After a successful run last year, Microsoft Learning has decided to commence another round of its Second Shot certification promotion. The program, which launched last week, allows certification candidates who don’t pass their credentialing exams the first time to have another chance at it free of charge.
“We were very surprised with the success of the promotion the first time around, which is why we’re repeating it again this year,” said Noury Bernard-Hassan, marketing director for Microsoft Learning. “The kind of behavior that it drove was very much in line with what we were hoping for, which was namely that people would try to get certified and drive more skills into the marketplace. We felt that now would be a good time to revisit the program and relaunch it to give people another opportunity to get certified.”
The main appeal of the Second Shot promotion is the fact that Microsoft shares the risks involved with attempting a certification with the candidates, Bernard-Hassan said. “Hopefully, more IT professionals will take these exams and if they fail for whatever reason then they know they have that safety net. They can go and retake that exam in a set time period. In turn, that gets them out into the marketplace, where these skilled individuals can start making a difference in the workforce.”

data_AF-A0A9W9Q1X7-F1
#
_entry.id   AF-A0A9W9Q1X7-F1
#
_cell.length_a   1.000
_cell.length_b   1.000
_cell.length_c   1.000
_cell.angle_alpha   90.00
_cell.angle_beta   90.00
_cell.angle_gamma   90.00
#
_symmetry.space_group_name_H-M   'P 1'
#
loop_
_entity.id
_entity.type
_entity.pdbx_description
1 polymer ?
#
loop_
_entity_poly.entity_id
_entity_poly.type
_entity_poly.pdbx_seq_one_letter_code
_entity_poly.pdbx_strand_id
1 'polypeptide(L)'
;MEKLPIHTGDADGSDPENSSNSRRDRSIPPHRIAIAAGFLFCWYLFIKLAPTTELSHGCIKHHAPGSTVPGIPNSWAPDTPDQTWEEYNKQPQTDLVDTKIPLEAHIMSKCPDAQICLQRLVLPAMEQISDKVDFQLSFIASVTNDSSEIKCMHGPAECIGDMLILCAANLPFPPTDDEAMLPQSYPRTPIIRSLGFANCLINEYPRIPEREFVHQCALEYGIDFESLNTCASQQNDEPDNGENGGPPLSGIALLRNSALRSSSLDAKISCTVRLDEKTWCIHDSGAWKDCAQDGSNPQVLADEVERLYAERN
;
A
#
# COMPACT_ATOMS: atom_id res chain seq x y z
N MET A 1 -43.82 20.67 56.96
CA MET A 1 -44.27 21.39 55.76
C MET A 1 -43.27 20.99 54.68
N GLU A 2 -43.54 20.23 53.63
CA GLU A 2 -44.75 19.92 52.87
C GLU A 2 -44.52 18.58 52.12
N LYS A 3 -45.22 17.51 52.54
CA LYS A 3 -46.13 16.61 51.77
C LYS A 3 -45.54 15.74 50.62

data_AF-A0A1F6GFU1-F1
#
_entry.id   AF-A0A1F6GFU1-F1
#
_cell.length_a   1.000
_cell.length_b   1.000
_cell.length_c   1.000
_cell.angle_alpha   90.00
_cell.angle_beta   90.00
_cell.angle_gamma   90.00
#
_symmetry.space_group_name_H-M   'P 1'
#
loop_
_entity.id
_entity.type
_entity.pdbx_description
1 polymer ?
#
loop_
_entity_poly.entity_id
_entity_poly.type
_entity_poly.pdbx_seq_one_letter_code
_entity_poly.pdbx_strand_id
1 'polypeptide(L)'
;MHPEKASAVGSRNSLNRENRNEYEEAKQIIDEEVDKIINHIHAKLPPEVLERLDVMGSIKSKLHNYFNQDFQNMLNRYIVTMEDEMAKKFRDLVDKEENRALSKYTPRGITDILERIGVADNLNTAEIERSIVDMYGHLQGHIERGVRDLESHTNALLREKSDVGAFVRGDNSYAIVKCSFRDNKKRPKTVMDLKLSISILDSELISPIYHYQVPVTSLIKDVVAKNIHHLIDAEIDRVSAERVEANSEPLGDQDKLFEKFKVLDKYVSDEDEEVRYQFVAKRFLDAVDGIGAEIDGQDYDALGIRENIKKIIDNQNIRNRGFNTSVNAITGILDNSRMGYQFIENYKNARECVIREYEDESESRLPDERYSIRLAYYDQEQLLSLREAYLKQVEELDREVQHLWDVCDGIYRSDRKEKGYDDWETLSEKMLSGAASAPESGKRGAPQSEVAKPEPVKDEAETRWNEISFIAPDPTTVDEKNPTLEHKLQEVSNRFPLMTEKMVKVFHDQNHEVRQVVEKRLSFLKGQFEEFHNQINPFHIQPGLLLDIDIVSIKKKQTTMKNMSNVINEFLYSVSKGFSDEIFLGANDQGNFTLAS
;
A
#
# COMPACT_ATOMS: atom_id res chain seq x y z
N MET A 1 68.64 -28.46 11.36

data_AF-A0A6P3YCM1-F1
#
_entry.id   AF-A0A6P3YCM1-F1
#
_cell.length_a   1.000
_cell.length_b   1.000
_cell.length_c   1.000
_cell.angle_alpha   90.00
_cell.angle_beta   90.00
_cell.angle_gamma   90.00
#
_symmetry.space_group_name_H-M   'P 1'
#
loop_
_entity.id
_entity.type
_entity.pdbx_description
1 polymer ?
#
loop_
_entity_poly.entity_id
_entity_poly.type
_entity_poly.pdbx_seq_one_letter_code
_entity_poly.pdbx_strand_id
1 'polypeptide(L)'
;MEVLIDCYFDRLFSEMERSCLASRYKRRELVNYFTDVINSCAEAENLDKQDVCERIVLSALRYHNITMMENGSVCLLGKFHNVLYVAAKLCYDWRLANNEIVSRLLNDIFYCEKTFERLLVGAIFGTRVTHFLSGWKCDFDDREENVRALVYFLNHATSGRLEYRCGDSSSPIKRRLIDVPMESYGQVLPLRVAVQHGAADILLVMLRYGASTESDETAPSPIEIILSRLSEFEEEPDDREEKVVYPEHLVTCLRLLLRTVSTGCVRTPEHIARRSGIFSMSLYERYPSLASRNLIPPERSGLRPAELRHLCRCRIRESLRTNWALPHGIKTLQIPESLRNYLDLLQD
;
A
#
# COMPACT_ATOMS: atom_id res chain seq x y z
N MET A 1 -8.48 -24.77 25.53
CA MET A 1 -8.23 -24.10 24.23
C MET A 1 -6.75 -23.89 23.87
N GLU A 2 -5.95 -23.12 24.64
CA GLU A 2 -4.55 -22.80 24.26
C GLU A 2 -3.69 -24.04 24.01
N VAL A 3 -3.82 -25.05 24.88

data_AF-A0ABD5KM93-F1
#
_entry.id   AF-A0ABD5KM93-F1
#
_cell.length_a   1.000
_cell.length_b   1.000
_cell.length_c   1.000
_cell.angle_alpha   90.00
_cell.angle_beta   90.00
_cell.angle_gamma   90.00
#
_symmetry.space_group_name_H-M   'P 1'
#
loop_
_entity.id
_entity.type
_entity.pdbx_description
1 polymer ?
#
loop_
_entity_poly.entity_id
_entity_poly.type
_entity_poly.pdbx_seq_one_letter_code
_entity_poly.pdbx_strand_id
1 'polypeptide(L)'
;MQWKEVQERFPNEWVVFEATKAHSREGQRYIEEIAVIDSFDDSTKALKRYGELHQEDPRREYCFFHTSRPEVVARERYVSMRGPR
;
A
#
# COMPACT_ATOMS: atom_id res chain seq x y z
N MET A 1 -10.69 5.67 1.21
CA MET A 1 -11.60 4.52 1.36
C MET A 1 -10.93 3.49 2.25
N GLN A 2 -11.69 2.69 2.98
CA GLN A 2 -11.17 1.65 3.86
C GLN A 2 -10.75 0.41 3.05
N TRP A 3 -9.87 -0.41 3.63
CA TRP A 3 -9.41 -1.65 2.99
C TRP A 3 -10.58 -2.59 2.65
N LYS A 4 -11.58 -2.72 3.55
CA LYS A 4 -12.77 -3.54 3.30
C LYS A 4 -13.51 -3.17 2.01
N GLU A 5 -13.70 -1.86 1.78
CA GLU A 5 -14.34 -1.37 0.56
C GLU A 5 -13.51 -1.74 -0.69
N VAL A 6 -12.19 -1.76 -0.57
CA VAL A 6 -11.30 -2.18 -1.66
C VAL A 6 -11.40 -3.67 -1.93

One key distinction between the current version of Second Shot and the one that preceded it is that this round includes exams from Microsoft’s next-generation certifications, the first ones released following the restructuring of its credentialing program. Bernard-Hassan speculated that the new tests wouldn’t necessarily have a higher fail rate, though. “It’s important to consider that along with changing the certifications, we’ve made some improvements to the exam preparation materials,” he said. “We’re making it easier for them to get to a higher level.”
While the launch of Second Shot and the new certification exams coincided nicely, the main reason behind the promotion is to expand the pool of knowledgeable, competent IT professionals not market the new credentials. “What we’re doing today with the Second Shot is in a sense the latest iteration of how we’re trying to innovate in the marketplace,” Bernard-Hassan explained. “Clearly, having the new generation of certifications out there really helps give this more relevance in the minds of people who are perhaps sitting on the fence. It would certainly help drive awareness and uptake of the new exams, but in general, this is mainly about accelerating skills development.”
For more information, see http://www.microsoft.com/learning.